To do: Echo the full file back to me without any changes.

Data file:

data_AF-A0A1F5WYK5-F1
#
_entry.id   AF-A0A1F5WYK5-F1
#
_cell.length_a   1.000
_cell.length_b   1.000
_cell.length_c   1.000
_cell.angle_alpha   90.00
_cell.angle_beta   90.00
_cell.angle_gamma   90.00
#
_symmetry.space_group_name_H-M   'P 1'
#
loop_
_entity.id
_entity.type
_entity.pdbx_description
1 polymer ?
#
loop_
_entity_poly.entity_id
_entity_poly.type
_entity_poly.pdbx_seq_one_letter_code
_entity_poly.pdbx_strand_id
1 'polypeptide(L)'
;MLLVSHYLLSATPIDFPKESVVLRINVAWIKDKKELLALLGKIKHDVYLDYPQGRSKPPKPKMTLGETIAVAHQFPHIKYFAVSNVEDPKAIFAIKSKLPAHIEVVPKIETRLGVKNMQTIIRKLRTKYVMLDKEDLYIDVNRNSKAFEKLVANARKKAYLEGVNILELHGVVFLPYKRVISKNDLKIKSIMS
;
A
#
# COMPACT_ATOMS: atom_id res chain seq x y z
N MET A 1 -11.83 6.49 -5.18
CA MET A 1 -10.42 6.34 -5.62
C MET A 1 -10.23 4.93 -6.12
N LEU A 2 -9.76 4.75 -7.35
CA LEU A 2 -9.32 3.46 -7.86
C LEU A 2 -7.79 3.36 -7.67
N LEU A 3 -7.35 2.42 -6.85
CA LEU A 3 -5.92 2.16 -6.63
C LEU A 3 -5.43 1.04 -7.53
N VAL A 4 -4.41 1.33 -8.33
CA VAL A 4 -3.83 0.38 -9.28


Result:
data_AF-A0A1F5WYK5-F1
#
_entry.id   AF-A0A1F5WYK5-F1
#
_cell.length_a   1.000
_cell.length_b   1.000
_cell.length_c   1.000
_cell.angle_alpha   90.00
_cell.angle_beta   90.00
_cell.angle_gamma   90.00
#
_symmetry.space_group_name_H-M   'P 1'
#
loop_
_entity.id
_entity.type
_entity.pdbx_description
1 polymer ?
#
loop_
_entity_poly.entity_id
_entity_poly.type
_entity_poly.pdbx_seq_one_letter_code
_entity_poly.pdbx_strand_id
1 'polypeptide(L)'
;MLLVSHYLLSATPIDFPKESVVLRINVAWIKDKKELLALLGKIKHDVYLDYPQGRSKPPKPKMTLGETIAVAHQFPHIKYFAVSNVEDPKAIFAIKSKLPAHIEVVPKIETRLGVKNMQTIIRKLRTKYVMLDKEDLYIDVNRNSKAFEKLVANARKKAYLEGVNILELHGVVFLPYKRVISKNDLKIKSIMS
;
A
#
# COMPACT_ATOMS: atom_id res chain seq x y z
N MET A 1 -11.83 6.49 -5.18
CA MET A 1 -10.42 6.34 -5.62
C MET A 1 -10.23 4.93 -6.12
N LEU A 2 -9.76 4.75 -7.35
CA LEU A 2 -9.32 3.46 -7.86
C LEU A 2 -7.79 3.36 -7.67
N LEU A 3 -7.35 2.42 -6.85
CA LEU A 3 -5.92 2.16 -6.63
C LEU A 3 -5.43 1.04 -7.53
N VAL A 4 -4.41 1.33 -8.33
CA VAL A 4 -3.83 0.38 -9.28